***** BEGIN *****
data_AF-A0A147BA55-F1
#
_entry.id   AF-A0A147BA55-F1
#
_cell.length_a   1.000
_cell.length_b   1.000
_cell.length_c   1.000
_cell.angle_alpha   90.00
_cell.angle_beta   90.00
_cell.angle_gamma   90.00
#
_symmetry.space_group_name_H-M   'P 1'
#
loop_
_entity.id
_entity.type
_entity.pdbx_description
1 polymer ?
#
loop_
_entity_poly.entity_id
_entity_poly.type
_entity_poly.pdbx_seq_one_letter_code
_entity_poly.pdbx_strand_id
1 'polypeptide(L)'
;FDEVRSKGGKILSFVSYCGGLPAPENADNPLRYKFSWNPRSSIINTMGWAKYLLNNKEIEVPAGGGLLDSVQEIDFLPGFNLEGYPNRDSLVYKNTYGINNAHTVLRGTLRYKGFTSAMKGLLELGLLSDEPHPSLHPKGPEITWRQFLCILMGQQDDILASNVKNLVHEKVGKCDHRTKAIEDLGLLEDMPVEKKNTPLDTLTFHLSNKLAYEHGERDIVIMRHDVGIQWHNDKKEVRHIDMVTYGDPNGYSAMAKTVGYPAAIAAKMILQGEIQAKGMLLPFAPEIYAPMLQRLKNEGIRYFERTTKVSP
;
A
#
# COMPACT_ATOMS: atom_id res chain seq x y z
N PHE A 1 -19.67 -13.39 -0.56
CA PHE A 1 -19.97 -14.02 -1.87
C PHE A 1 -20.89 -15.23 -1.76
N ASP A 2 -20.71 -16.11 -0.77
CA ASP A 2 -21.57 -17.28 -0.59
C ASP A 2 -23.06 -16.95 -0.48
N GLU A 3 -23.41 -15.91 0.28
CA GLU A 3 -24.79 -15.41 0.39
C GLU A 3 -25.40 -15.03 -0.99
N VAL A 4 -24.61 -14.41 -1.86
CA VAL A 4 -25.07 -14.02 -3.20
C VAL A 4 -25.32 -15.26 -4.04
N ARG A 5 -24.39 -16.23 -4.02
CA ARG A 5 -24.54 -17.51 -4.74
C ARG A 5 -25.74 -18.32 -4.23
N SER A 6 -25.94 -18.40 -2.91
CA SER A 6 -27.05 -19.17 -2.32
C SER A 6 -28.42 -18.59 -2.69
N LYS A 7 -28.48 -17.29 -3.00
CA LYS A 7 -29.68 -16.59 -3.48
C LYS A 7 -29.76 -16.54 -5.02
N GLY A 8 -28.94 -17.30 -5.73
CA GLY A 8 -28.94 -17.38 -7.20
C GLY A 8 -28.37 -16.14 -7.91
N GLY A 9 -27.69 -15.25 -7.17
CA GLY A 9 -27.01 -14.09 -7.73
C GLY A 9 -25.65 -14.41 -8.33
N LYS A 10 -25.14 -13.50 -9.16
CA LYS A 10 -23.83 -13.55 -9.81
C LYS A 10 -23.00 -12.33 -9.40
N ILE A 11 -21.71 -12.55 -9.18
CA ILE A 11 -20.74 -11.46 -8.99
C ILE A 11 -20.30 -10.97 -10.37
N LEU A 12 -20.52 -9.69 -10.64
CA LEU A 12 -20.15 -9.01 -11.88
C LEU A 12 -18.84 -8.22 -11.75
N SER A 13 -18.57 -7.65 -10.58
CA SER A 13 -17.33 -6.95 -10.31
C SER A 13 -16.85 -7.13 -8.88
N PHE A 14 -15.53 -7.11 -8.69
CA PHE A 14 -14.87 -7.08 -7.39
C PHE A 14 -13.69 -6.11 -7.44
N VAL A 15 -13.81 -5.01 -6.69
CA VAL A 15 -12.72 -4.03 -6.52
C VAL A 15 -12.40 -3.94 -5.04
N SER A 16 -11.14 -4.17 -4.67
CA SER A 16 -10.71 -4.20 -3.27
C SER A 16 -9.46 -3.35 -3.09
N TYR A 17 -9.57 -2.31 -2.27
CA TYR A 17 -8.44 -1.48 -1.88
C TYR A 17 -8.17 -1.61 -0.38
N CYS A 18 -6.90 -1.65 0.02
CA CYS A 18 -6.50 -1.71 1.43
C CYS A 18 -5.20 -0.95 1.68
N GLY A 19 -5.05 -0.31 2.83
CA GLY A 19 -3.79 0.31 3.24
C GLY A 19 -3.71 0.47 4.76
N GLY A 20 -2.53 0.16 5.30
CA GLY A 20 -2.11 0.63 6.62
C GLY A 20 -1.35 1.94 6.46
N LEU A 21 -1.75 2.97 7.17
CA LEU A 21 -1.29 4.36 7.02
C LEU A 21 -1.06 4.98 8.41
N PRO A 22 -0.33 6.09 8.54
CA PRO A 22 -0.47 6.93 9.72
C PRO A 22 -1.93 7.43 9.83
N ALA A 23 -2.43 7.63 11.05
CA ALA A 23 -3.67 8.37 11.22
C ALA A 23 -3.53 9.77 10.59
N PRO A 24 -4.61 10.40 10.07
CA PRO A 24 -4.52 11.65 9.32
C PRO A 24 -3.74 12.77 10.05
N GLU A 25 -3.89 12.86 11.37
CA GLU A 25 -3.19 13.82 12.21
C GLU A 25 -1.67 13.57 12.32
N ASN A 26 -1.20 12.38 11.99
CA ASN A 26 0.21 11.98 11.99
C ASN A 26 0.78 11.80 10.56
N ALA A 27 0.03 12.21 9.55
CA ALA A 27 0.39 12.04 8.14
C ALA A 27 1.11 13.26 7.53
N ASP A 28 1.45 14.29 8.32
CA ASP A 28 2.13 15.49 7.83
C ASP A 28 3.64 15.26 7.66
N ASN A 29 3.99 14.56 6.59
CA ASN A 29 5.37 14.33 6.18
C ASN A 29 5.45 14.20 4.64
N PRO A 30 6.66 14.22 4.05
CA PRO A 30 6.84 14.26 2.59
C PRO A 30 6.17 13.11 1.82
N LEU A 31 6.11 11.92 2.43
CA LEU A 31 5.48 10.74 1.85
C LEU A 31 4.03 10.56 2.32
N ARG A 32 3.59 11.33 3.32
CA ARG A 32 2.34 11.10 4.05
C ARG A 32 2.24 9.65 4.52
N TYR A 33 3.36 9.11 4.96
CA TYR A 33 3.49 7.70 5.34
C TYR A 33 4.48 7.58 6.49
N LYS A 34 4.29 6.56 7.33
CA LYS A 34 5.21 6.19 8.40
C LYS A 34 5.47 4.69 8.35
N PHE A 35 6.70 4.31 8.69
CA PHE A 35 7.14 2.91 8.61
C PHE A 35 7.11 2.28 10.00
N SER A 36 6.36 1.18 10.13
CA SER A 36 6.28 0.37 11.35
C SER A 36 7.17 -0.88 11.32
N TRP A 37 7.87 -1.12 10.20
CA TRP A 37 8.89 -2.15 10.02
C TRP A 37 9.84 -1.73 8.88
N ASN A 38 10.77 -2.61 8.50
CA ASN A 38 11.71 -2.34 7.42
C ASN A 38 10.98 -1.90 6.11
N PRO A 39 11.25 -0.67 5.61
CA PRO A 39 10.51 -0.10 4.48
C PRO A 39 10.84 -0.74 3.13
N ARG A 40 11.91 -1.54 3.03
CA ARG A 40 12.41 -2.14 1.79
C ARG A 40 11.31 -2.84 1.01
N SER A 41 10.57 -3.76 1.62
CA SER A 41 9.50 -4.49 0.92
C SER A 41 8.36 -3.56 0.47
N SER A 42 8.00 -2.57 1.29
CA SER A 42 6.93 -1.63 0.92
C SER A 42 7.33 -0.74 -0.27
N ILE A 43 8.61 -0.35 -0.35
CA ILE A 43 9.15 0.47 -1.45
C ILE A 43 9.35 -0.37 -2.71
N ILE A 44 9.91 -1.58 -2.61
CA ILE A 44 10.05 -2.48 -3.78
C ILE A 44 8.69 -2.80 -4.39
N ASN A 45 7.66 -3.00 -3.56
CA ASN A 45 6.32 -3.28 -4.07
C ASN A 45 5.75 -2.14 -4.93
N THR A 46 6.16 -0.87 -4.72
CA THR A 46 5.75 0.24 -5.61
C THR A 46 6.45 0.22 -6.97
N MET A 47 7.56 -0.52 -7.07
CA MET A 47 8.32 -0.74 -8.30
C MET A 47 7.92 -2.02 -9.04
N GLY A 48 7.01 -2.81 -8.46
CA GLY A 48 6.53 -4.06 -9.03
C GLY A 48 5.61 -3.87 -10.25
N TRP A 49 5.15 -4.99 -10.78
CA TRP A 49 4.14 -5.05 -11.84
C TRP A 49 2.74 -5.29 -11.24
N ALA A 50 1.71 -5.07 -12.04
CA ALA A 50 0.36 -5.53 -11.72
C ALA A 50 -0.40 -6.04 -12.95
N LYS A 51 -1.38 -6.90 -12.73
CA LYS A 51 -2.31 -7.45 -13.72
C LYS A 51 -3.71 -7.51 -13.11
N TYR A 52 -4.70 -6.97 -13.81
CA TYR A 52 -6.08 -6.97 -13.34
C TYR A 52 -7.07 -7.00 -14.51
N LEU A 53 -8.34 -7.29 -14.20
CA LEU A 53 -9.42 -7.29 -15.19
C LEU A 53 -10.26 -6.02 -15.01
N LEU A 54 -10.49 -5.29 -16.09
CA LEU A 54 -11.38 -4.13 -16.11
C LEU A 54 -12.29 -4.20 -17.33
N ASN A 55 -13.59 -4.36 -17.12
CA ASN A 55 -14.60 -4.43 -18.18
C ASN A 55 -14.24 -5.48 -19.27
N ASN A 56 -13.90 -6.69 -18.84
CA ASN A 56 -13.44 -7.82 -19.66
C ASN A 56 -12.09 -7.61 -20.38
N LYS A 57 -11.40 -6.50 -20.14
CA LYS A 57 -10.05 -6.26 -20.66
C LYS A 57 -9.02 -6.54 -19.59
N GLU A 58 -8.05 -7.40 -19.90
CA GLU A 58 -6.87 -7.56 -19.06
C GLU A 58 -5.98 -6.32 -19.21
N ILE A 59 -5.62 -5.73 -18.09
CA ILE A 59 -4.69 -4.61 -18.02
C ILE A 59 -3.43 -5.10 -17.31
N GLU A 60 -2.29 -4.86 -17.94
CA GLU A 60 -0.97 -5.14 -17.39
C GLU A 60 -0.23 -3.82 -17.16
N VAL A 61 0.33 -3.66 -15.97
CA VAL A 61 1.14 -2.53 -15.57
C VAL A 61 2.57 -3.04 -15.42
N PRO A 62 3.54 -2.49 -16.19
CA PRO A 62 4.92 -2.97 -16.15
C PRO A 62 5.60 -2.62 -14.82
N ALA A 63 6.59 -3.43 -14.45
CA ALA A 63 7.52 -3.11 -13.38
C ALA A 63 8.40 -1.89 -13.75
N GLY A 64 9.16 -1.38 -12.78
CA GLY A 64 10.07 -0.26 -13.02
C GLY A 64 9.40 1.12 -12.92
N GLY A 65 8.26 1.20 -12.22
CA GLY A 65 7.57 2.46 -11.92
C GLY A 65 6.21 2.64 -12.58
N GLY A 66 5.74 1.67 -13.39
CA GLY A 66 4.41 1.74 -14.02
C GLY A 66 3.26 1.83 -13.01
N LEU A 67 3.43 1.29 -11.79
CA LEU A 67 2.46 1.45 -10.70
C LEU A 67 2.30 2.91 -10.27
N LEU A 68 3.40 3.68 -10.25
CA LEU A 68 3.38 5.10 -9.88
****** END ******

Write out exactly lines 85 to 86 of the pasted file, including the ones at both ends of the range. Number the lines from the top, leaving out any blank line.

N GLY A 19 -5.05 -0.31 2.83
CA GLY A 19 -3.79 0.31 3.24